ANA Celebrates #Pride in Health Care


June is Pride Month and a chance to give colorful visibility to LGBTQ lives and relationships, celebrating inclusion, respect, and civil rights. To LGBTQ nurses, patients, caregivers, and allies – Happy #Pride!

ANA condemns discrimination in health care based on sexual orientation, gender identity, and/or expression. Experiencing any kind of discrimination, stigma, or disrespect from care providers is not just unpleasant. It can be traumatizing. It can lead people to hold back important information about their health or avoid seeking care altogether. These access barriers can lead to poor health outcomes.

Nursing advocacy plays a key role in promoting culturally congruent, patient-centered access for LGBTQ patients. To help you support Pride in health care this month and every month, we have rounded up some handy resources.

First, ANA’s Nursing Advocacy for LGBTQ+ Populations is a comprehensive statement and framework for improving culturally congruent care for lesbian, gay, bisexual, transgender, queer, or questioning (LGBTQ+) populations. The statement names barriers LGBTQ people often confront in health care, and the health disparities that result. ANA commits to addressing these concerns with a series of recommendations to defend and protect the human and civil rights of all members of LGBTQ populations.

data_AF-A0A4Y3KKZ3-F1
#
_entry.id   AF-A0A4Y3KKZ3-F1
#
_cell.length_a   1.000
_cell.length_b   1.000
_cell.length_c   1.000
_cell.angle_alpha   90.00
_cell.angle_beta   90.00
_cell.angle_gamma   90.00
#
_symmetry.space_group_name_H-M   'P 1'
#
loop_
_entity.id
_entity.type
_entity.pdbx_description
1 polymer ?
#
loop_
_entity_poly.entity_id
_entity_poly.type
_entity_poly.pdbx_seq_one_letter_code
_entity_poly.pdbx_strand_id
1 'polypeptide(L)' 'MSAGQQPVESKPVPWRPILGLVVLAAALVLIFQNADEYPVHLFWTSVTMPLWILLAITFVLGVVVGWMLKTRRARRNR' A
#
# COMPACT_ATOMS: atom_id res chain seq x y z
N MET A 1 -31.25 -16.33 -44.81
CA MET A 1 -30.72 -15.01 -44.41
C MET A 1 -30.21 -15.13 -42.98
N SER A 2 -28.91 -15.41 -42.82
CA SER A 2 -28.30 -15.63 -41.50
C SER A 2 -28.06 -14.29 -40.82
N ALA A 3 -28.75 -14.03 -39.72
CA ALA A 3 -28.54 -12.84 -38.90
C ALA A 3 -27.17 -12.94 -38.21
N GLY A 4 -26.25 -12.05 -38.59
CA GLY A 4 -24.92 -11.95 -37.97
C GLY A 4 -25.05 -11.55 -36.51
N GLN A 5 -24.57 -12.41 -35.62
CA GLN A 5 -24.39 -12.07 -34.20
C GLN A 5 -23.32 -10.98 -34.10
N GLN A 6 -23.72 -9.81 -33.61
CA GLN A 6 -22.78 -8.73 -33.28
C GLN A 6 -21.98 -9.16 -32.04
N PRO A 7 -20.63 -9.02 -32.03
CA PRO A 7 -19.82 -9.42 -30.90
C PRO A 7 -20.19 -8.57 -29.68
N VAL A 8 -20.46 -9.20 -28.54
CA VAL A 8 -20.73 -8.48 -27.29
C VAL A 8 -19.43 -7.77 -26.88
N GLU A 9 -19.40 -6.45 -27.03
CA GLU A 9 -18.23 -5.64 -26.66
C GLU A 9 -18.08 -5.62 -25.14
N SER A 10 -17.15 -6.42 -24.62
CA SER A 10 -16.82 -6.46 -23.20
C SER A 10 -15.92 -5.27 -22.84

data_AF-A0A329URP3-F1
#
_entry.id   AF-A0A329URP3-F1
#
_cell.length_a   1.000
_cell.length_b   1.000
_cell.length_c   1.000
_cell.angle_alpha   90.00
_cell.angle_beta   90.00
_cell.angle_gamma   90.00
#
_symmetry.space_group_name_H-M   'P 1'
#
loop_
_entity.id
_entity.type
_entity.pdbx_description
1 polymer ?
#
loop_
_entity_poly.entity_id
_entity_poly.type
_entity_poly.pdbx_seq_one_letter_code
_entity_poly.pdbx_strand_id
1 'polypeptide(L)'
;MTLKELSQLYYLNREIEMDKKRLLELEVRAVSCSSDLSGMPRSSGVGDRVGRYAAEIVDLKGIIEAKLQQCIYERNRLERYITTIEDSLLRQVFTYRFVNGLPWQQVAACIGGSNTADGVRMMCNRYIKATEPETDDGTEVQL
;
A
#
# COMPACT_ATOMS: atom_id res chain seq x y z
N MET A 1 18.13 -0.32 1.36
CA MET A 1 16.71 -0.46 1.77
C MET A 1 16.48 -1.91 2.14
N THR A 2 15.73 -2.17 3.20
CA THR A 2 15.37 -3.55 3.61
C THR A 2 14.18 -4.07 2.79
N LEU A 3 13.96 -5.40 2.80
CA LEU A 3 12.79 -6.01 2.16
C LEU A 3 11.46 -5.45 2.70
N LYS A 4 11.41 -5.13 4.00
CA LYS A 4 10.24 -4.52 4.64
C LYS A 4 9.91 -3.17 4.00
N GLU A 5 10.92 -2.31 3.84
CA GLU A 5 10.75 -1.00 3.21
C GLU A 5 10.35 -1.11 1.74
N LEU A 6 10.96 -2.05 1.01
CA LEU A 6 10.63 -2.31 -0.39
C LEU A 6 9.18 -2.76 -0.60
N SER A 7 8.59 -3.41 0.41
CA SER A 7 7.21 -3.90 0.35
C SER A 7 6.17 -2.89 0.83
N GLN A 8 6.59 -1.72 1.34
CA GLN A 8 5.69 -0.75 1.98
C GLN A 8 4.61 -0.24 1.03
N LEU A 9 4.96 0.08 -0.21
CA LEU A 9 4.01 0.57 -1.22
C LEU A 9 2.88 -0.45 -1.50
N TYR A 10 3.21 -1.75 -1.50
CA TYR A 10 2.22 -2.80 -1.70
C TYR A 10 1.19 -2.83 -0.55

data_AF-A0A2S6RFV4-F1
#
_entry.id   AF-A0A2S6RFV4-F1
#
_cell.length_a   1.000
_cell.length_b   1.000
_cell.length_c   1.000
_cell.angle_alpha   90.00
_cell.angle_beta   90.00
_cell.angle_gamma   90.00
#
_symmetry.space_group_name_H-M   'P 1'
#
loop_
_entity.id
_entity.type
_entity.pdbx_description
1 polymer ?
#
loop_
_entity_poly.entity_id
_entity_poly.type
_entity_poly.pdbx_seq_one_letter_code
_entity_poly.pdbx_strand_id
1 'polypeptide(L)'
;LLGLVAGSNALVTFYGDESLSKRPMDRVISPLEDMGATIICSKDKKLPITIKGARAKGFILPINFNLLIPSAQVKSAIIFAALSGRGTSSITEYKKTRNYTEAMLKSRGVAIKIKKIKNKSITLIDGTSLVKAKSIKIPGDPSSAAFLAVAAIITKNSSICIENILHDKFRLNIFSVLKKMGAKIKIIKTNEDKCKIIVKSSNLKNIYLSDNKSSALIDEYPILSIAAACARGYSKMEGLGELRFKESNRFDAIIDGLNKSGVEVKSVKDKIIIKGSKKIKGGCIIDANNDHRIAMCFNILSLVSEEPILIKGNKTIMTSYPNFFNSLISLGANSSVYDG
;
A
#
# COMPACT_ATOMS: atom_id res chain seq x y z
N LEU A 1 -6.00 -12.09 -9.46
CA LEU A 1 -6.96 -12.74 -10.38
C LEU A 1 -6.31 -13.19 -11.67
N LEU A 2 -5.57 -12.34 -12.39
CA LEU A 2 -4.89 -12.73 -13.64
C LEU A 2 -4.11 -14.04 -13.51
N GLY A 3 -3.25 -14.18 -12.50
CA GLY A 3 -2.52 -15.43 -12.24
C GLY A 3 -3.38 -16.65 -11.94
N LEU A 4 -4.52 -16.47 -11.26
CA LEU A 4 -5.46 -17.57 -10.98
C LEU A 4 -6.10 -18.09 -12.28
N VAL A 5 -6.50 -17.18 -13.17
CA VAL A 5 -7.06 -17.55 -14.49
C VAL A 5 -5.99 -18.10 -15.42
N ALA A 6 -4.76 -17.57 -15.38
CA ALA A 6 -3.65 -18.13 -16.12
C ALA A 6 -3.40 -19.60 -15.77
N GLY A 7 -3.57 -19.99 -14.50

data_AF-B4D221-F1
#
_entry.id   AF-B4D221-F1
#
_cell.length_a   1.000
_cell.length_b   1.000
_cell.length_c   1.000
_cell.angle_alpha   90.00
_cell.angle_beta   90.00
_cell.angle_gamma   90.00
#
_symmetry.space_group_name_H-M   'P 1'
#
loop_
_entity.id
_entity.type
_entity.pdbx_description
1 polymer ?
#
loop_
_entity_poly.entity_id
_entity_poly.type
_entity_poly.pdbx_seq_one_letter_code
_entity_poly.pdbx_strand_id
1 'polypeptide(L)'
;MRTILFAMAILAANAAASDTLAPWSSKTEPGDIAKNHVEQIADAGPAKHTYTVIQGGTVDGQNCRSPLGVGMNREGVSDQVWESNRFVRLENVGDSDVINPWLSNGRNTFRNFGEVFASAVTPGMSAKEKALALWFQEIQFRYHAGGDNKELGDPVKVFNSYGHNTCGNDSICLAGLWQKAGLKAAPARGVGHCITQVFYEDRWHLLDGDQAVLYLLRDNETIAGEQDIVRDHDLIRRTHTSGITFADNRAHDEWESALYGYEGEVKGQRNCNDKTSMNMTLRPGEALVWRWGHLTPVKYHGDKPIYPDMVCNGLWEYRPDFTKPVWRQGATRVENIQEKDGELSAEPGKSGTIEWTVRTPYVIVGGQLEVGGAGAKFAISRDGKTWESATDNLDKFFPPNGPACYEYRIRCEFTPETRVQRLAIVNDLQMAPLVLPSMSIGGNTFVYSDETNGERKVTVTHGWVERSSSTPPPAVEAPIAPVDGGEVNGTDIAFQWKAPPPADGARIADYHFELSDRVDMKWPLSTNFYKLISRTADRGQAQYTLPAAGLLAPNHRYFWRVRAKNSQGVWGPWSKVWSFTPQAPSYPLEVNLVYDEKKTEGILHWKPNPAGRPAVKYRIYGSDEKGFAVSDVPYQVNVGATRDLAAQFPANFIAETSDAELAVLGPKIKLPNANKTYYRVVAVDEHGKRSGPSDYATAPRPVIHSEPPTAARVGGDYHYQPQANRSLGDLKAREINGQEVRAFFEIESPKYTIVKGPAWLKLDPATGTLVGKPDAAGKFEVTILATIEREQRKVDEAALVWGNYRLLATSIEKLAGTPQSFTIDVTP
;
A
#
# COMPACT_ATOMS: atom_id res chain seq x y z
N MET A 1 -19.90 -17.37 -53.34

Throughout the statement, it is clear there are many ways nurses can ensure positive experiences for LGBTQ patients and their families in the health care system, including through advocacy. There are also numerous links to helpful references if you want to learn more or share information about safeguarding access for LGBTQ populations.

One of those references is the National LGBT Health Education Center in the Fenway Institute. The Fenway Institute grew out of Fenway Health’s experience providing care to LGBTQ people in Boston, many of whom confront access barriers in local care delivery. The National LGBT Health Education Center offers education and advocacy programs that are grounded in the LGBT community, aiming to change the larger community. For example, the center’s website houses training materials and toolkits, and information on how to receive more in-depth technical assistance. These are valuable tools to make health care more inclusive and enable providers to meet the unique needs of LGBTQ patients.

Here are some additional resources to support LGBTQ patients and advocate to improve their care experience:

Happy #Pride!